Leafing through Bloomsbury: London’s Literary Square Mile
Famous for the British Museum, abundant tree-lined squares and 20th century writers, like many areas of London, Bloomsbury has a rich history and a rich present, frequented by 21st century locals, students and tourists.
Once an agricultural area, in the 17th century, the Duke of Bedford began to develop Bloomsbury into a residential estate, continued by his brother until the land north of Russell Square, the focal point, was filled with the numerous garden squares and townhouses that define it today.
The residents of such squares would play a big part in Bloomsbury’s history. The Bloomsbury Set, who gave the notoriety to the area, were a group of bohemian British writers, intellectuals, philosophers and artists who lived, loved and worked here. Due to their tangled love lives, they were once memorably described as a group “who lived in squares but loved in triangles.”
For a good overview of the area that straddles genteel yet new-media packed Fitzrovia stroll from 29 Fitzroy Square, the last remaining complete Georgian square in London, where Woolf lived from 1907-11 (modern-day residents of surely Fitzrovia’s priciest address include Guy Ritchie). Crossing over Tottenham Court Road, you’ll pass Gordon Square Garden, the centre of literary Bloomsbury, where one of many blue plaques remind that Woolf also lived at number 46 (as did economist John Maynard Keynes and Vanessa Bell) and Tavistock Square, where she later moved, on your left before turning into Marchmont Street. Here, Frankenstein-author Mary Shelley lived at number 87 with her husband Percy.
A few steps on and Cartwright Gardens curves around a classic Georgian crescent lined with handsome houses, which morphed from Regency residences for the middle classes to hotels, many of them Grade II listed. Named after the political reformer, abolitionist and resident John Cartwright, his statue was erected here in 1831, joined by tennis courts for residents including the lucky students at Garden Halls, good-looking contemporary accommodation with a cinema and games rooms.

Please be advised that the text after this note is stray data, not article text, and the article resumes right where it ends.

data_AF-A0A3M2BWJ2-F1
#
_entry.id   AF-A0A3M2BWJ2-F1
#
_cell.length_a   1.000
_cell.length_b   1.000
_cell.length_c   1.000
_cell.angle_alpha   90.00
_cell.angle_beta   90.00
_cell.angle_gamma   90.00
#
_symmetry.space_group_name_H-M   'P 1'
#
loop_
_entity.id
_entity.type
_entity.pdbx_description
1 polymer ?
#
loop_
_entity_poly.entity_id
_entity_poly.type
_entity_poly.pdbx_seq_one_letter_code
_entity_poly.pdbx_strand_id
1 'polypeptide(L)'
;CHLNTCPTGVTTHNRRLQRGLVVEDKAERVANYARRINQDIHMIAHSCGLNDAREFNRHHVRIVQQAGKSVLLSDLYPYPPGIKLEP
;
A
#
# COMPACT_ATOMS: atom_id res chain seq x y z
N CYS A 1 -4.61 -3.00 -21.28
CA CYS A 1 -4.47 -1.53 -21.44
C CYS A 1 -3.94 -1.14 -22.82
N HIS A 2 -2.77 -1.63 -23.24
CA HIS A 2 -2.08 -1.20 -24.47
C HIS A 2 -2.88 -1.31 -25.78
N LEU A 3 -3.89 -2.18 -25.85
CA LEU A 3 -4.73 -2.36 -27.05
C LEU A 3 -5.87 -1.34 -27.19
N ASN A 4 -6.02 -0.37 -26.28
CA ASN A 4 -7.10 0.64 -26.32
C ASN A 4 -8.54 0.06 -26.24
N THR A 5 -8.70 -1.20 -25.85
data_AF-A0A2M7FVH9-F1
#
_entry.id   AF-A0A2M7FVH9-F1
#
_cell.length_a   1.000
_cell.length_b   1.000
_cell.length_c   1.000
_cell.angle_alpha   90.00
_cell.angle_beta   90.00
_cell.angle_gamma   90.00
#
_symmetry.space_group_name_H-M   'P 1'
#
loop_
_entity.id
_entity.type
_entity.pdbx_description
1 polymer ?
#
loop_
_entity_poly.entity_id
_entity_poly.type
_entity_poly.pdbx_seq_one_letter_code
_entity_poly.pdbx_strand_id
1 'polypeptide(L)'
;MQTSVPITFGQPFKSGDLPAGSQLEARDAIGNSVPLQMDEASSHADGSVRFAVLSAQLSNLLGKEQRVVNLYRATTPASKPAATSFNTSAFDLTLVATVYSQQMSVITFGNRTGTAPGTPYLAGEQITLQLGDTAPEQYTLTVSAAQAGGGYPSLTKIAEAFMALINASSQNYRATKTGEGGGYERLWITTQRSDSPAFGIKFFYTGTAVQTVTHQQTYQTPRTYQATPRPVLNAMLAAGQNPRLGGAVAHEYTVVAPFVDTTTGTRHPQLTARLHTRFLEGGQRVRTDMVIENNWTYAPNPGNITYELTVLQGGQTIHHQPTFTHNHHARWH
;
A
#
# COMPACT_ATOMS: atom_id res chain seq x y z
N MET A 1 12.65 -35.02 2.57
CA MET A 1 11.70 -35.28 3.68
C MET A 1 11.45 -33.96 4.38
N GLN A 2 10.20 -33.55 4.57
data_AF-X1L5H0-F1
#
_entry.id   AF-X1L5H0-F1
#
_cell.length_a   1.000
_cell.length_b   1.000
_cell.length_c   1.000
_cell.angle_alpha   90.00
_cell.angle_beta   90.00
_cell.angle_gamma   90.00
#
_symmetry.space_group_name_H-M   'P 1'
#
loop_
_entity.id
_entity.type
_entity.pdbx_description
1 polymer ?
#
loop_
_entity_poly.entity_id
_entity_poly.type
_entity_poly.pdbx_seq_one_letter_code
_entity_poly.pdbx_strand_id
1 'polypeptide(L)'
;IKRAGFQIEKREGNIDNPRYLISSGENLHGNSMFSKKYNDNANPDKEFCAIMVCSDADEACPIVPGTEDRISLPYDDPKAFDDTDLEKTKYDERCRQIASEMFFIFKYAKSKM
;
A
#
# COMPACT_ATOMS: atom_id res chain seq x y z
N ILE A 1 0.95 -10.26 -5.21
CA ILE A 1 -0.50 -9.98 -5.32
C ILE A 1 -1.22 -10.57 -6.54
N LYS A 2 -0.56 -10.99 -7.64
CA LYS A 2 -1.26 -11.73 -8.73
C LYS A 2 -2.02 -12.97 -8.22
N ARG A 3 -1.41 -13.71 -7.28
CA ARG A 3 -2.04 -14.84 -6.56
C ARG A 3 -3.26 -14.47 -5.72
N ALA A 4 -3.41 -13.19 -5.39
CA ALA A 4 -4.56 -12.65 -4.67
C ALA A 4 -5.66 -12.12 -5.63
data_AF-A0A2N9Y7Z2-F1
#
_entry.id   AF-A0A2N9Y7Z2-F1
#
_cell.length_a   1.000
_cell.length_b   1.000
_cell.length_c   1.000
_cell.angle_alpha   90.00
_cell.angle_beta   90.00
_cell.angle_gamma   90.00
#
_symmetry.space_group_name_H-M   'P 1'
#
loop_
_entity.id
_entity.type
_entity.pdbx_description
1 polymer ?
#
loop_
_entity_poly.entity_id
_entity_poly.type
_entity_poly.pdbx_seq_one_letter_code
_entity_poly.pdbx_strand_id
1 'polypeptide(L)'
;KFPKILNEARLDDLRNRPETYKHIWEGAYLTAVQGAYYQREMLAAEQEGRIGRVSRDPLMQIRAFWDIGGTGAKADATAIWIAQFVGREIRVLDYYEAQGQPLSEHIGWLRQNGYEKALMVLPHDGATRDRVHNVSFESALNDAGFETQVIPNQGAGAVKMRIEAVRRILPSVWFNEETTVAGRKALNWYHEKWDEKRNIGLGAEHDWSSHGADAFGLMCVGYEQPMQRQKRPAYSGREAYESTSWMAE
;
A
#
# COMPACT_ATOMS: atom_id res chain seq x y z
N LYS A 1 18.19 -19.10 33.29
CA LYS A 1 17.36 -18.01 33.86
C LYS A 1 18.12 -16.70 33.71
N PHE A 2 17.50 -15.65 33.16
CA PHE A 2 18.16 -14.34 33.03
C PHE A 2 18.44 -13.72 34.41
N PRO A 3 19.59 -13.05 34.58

Head back along Marchmont to Bernard Street, cutting through the lush swathe of Russell Square, London’s second largest, the grade II listed gardens landscaped in 1800 by designer Humphrey Repton. Busy with students heading to UCL and tourists off to the British Museum, the area doesn’t rest on its leafy laurels and has been refined over the years. Ten years ago, a makeover brought new planting, a 10m-high fountain and the lovely glass-walled Caffè Tropea, bringing Italian flavours to this corner of the capital. On the western corner, a tiny green shed is one of the 13 Victorian black cabmen’s shelters left for weary drivers to stop for a discounted fry up and a mug of hot tea.
On the eastern corner of Russell Square, the undeniably impressive 19th-century terracotta, turreted exterior of the Kimpton Fitzroy is matched by the darkly opulent lobby, all marble columns and mosaics, to the almost-too light-filled Palm Court and the new Galvin Bar & Grill, dishing ethically sourced produce among sultry interiors lined with curved banquettes glamorous chandeliers and mirrored pillars.
Next to Russell Square, on Great Russell Street, the British Museum’s refurbishment began in September 1999, adding the Norman Foster-designed Great Court’s photogenic multi-paned glass and steel roof and now entering its final development phase. Regarded as one of the world’s finest museums, Britain’s most-visited attraction is home to over eight million artefacts drawing six million visitors a year. Historical figures spanning Karl Marx, Sir Arthur Conan Doyle, Oscar Wilde, Sylvia Pankhurst, Bram Stoker, Joseph Conrad, Lenin and George Orwell all came to the now-closed Reading Room to study, research and write.
Further along, The Bloomsbury Hotel looms large on Great Russell Street, housed in a Lutyens, Grade-II listed building two streets over from Bedford Square. Lavishly renovated last year by design house Martin Brudnizki, guests are cocooned in luxurious references to the area’s literary heritage. The romantic Dalloway Terrace is an indoor-outdoor, all-season space decked with pinkish blooms and a glassy roof where ladies who lunch choose the delicate afternoon tea laced with tangerine cream and golden scones. Later, sip cocktails named after members of the Bloomsbury Set in the gorgeous orange-hued Coral Room.
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Bloomsbury Festival 2021 runs from Friday 15 October until Sunday 24 October.